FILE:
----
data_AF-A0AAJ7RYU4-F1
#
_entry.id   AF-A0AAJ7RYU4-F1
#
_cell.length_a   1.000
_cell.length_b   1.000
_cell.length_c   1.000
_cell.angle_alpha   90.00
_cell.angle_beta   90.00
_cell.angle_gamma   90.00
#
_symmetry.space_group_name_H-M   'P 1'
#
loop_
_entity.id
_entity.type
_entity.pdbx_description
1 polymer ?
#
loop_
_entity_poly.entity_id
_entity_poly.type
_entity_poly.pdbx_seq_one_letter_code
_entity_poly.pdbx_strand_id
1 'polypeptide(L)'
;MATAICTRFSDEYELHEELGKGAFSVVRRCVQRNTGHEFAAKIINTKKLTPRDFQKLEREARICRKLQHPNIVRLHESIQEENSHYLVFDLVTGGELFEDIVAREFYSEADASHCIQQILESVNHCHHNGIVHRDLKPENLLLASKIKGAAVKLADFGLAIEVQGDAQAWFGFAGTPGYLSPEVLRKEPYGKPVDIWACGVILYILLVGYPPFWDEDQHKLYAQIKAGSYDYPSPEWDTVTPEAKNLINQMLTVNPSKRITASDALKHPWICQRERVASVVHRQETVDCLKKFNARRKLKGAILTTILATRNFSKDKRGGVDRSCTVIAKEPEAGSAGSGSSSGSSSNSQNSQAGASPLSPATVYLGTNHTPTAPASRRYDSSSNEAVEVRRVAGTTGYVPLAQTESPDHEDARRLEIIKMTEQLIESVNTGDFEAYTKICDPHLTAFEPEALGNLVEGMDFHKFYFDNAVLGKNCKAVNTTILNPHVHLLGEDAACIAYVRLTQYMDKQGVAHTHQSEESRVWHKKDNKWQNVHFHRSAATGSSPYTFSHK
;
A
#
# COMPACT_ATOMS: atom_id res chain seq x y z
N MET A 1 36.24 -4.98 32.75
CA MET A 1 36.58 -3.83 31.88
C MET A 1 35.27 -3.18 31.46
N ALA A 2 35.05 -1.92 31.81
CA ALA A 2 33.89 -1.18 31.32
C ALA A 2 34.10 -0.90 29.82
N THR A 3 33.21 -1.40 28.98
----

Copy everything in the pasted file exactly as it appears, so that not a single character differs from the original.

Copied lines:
data_AF-A0AAJ7RYU4-F1
#
_entry.id   AF-A0AAJ7RYU4-F1
#
_cell.length_a   1.000
_cell.length_b   1.000
_cell.length_c   1.000
_cell.angle_alpha   90.00
_cell.angle_beta   90.00
_cell.angle_gamma   90.00
#
_symmetry.space_group_name_H-M   'P 1'
#
loop_
_entity.id
_entity.type
_entity.pdbx_description
1 polymer ?
#
loop_
_entity_poly.entity_id
_entity_poly.type
_entity_poly.pdbx_seq_one_letter_code
_entity_poly.pdbx_strand_id
1 'polypeptide(L)'
;MATAICTRFSDEYELHEELGKGAFSVVRRCVQRNTGHEFAAKIINTKKLTPRDFQKLEREARICRKLQHPNIVRLHESIQEENSHYLVFDLVTGGELFEDIVAREFYSEADASHCIQQILESVNHCHHNGIVHRDLKPENLLLASKIKGAAVKLADFGLAIEVQGDAQAWFGFAGTPGYLSPEVLRKEPYGKPVDIWACGVILYILLVGYPPFWDEDQHKLYAQIKAGSYDYPSPEWDTVTPEAKNLINQMLTVNPSKRITASDALKHPWICQRERVASVVHRQETVDCLKKFNARRKLKGAILTTILATRNFSKDKRGGVDRSCTVIAKEPEAGSAGSGSSSGSSSNSQNSQAGASPLSPATVYLGTNHTPTAPASRRYDSSSNEAVEVRRVAGTTGYVPLAQTESPDHEDARRLEIIKMTEQLIESVNTGDFEAYTKICDPHLTAFEPEALGNLVEGMDFHKFYFDNAVLGKNCKAVNTTILNPHVHLLGEDAACIAYVRLTQYMDKQGVAHTHQSEESRVWHKKDNKWQNVHFHRSAATGSSPYTFSHK
;
A
#
# COMPACT_ATOMS: atom_id res chain seq x y z
N MET A 1 36.24 -4.98 32.75
CA MET A 1 36.58 -3.83 31.88
C MET A 1 35.27 -3.18 31.46
N ALA A 2 35.05 -1.92 31.81
CA ALA A 2 33.89 -1.18 31.32
C ALA A 2 34.10 -0.90 29.82
N THR A 3 33.21 -1.40 28.98